NKJ Exodus 22:25 " If you lend money to any of My people who are poor among you, you shall not be like a moneylender to him; you shall not charge him interest.

This first passage regarding the subject of interest is clearly in regards to the poor.  The Hebrew word for interest is neshek ( נשך – Strong’s 5392) and it’s root simply means “to bite”.  The word picture is that of destroying the last vestige of life.  By charging interest to your poor, humbled brother, you’ve taken the life right out of him.  Thus YHVH forbid charging interest to the poor within the Hebrew community.

The next place we see it is again in the context of the poor.

Leviticus 25:35-37  ' If one of your brethren becomes poor, and falls into poverty among you, then you shall help him, like a stranger or a sojourner, that he may live with you.  36 'Take no usury or interest from him; but fear your God, that your brother may live with you.  37 'You shall not lend him your money for usury, nor lend him your food at a profit.

In this passage, the state of the poor person is more clearly defined.  The Hebrew indicates that he is not only poor, but he’s depressed and shaken – he feels as if he’s been overthrown.  You may not charge him interest on anything you loan him, either money or food.  The key to understanding this passage is that you cannot profit off your brother’s situation.

The final passage in the Torah concerning interest on loans is what causes confusion.

NKJ Deuteronomy 23:19  " You shall not charge interest to your brother -- interest on money or food or anything that is lent out at interest.

This commandment is included in a list of non-related commandments found in this same chapter.  Many believe that because the poor are not specifically mentioned, then this commandment stands alone and forbids all usury within the Hebrew community.  To help clear this up it’s important to understand the context in which this statement was made:

  1. the book of Deuteronomy is not a new rendition of the Torah, but merely a repetition of the Torah to the new generation that would inherit the land.  Thus, there are no new or redefined instructions in Deuteronomy
  2. YHVH did not forbid all forms of usury.  In fact, He allowed it if it was being charged to a non-Israelite. 8  Why?  Because the non-Israelites were already being charged interest by their non-Israelite brothers, yet because the Israelites were supposed to treat the strangers with compassion, the interest they charged would presumably be much less.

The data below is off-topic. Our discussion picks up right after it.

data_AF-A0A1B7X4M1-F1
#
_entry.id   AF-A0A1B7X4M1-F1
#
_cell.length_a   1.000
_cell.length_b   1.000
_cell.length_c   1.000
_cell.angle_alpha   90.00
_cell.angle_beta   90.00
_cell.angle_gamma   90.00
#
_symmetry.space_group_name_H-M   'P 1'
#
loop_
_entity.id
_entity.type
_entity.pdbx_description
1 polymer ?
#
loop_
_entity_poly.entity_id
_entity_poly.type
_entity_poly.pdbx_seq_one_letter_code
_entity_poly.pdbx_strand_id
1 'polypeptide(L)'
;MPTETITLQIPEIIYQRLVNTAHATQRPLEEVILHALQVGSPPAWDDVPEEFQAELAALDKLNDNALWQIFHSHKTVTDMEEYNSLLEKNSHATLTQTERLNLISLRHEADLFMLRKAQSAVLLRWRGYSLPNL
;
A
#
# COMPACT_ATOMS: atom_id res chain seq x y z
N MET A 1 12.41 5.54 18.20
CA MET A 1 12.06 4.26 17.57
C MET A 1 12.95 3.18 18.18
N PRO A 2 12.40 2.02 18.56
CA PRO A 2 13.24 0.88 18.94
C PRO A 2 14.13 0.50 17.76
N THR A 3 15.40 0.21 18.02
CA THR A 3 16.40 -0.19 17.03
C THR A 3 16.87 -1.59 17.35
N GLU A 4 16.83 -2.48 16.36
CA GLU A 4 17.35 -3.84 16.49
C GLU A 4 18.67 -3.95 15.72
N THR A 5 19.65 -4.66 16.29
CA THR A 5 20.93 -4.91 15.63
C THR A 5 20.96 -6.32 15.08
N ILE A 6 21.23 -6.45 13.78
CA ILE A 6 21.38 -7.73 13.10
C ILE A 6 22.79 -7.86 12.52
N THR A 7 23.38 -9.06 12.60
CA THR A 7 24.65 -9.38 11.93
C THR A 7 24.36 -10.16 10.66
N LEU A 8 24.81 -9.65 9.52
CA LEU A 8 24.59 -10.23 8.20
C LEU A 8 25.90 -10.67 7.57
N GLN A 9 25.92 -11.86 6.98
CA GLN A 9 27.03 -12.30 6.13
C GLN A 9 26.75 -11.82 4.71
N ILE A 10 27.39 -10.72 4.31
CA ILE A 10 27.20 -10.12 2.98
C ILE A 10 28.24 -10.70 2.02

3. Israel was supposed to become a loaner nation 9, but to loan money to others without charging a fair amount of interest would cause the nations to come to Israel looking for a handout.  Thus it’s necessary to charge a fair interest rate to slow down the wholesale borrowing of money.  Doling out money at low or non-existent interest rates was a large contributing factor to the economic problems facing America today.

Even though it’s the official policy within Judaism to forbid loaning or borrowing money with interest, it’s interesting to note that the use of interest was common place in the first century Jewish culture.  Yeshua, in His parable of the talents, states that when a person is entrusted with another’s money, he should at least invest it with someone for the purpose of collecting interest.

ESV Matthew 25:26-27  But his master answered him, 'You wicked and slothful servant! You knew that I reap where I have not sowed and gather where I scattered no seed?  27 Then you ought to have invested my money with the bankers, and at my coming I should have received what was my own with interest.

As we’ve seen so far, YHVH’s economic laws were designed to help the poor climb out of their unfortunate financial state.  All the laws we’ve seen so far are based on one brother helping another.  In no case do we find a law that instructs the national government to help the poor. .  it’s all done on a local level and individual case.  Thus, we as individuals must be the judge of how we’re going to help a poor person.  It’s our role as righteous followers of the God of Israel.

Shalom Aleichem!

1 Strong’s #4687;  

2 See notes on Deut. 15:4 and Deut. 15:11 in the previous article in this series;  

3 See previous article in this series;  

4 All other scriptures in this regard indicate a 6 year period.  See Exodus 21:2; Deuteronomy 15:12 & 18; Jeremiah 34:14;;  

5 The Hebrew word for sojourner is towshab, a term commonly used to refer to a resident alien – a non Israelite living in the land.;  

6 You were forbidden to ever take a widow’s necessities as collateral;  

7 Deuteronomy 24:14-15;  

8 Deut. 23.20;  

9 Deut. 15.6;